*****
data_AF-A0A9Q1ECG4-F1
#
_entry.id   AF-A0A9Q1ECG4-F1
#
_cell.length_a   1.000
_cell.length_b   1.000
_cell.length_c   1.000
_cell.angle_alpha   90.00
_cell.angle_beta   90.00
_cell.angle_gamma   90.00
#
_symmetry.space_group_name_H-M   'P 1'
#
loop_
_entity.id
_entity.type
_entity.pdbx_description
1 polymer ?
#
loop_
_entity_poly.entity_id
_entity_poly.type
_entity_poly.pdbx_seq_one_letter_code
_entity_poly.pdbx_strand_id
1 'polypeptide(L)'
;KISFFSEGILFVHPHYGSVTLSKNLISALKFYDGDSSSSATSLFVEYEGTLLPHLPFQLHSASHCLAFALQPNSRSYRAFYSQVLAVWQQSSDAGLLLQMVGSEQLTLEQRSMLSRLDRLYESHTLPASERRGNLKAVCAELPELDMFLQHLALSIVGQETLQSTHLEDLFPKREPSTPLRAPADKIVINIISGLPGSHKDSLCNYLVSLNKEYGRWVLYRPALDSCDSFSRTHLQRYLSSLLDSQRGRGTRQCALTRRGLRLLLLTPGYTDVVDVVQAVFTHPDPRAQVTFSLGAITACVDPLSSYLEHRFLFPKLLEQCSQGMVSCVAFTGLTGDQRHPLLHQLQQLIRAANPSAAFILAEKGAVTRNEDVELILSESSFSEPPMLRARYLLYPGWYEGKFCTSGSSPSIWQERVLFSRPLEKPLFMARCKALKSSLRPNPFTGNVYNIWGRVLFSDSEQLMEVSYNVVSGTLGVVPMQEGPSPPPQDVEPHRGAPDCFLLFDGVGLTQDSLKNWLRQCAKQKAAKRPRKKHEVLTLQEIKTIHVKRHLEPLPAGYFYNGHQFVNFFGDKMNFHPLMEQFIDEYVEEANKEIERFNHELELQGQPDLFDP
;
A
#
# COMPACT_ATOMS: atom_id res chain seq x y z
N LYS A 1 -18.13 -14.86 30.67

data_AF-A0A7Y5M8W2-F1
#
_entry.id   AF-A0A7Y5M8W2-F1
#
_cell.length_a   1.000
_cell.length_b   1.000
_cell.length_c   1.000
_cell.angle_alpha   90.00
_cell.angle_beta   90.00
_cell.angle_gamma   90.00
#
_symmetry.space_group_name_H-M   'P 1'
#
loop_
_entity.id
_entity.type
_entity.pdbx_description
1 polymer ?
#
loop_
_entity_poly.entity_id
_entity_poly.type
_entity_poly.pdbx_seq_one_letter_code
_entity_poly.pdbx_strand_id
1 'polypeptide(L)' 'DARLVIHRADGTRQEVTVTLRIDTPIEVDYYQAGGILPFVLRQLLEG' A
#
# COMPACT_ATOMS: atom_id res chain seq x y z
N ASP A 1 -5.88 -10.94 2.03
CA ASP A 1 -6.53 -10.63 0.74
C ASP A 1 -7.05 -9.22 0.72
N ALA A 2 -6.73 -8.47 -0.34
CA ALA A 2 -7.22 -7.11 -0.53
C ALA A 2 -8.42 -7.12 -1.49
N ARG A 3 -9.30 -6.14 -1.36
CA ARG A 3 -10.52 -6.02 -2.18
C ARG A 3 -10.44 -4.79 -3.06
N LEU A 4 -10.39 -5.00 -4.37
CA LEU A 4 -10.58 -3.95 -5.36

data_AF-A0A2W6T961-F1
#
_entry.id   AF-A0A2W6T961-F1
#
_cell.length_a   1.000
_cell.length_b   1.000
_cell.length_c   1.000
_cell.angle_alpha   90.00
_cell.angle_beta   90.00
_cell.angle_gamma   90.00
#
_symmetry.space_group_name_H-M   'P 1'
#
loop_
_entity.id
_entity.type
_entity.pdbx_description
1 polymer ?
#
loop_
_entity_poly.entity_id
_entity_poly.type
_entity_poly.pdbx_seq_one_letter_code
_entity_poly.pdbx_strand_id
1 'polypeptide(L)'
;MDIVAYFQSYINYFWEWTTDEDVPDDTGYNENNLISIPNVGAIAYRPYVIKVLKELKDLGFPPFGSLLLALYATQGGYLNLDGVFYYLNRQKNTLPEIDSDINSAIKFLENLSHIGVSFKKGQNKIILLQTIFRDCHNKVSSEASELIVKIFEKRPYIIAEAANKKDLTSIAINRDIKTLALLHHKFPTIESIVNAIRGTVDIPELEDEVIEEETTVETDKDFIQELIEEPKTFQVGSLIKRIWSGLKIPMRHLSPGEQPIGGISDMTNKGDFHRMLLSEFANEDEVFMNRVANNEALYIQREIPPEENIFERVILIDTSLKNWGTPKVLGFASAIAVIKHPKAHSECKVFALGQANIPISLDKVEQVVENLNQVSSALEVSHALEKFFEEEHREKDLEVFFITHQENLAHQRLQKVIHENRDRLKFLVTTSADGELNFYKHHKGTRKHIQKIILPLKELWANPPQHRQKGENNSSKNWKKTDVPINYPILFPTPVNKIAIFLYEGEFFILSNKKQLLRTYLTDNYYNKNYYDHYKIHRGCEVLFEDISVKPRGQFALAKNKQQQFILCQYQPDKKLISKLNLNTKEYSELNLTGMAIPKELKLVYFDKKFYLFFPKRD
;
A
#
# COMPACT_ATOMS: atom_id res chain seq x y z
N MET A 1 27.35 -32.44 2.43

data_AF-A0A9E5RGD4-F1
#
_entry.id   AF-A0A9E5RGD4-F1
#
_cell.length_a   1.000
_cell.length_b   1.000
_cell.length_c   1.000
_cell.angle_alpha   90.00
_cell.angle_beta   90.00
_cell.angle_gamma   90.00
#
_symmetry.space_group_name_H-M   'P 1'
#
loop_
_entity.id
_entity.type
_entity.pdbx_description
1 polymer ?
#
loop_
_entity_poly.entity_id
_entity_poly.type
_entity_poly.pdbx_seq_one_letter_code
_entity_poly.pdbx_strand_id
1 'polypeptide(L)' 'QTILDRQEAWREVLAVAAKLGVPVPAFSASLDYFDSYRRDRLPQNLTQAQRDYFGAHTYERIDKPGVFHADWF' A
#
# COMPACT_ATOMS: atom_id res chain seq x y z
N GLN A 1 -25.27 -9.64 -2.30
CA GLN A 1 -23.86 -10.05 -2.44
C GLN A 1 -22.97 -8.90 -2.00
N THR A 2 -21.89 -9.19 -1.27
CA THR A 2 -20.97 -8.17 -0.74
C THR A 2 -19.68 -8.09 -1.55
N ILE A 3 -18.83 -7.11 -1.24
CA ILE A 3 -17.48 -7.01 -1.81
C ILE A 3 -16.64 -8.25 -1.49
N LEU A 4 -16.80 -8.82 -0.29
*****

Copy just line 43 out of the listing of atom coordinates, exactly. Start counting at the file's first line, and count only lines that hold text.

_symmetry.space_group_name_H-M   'P 1'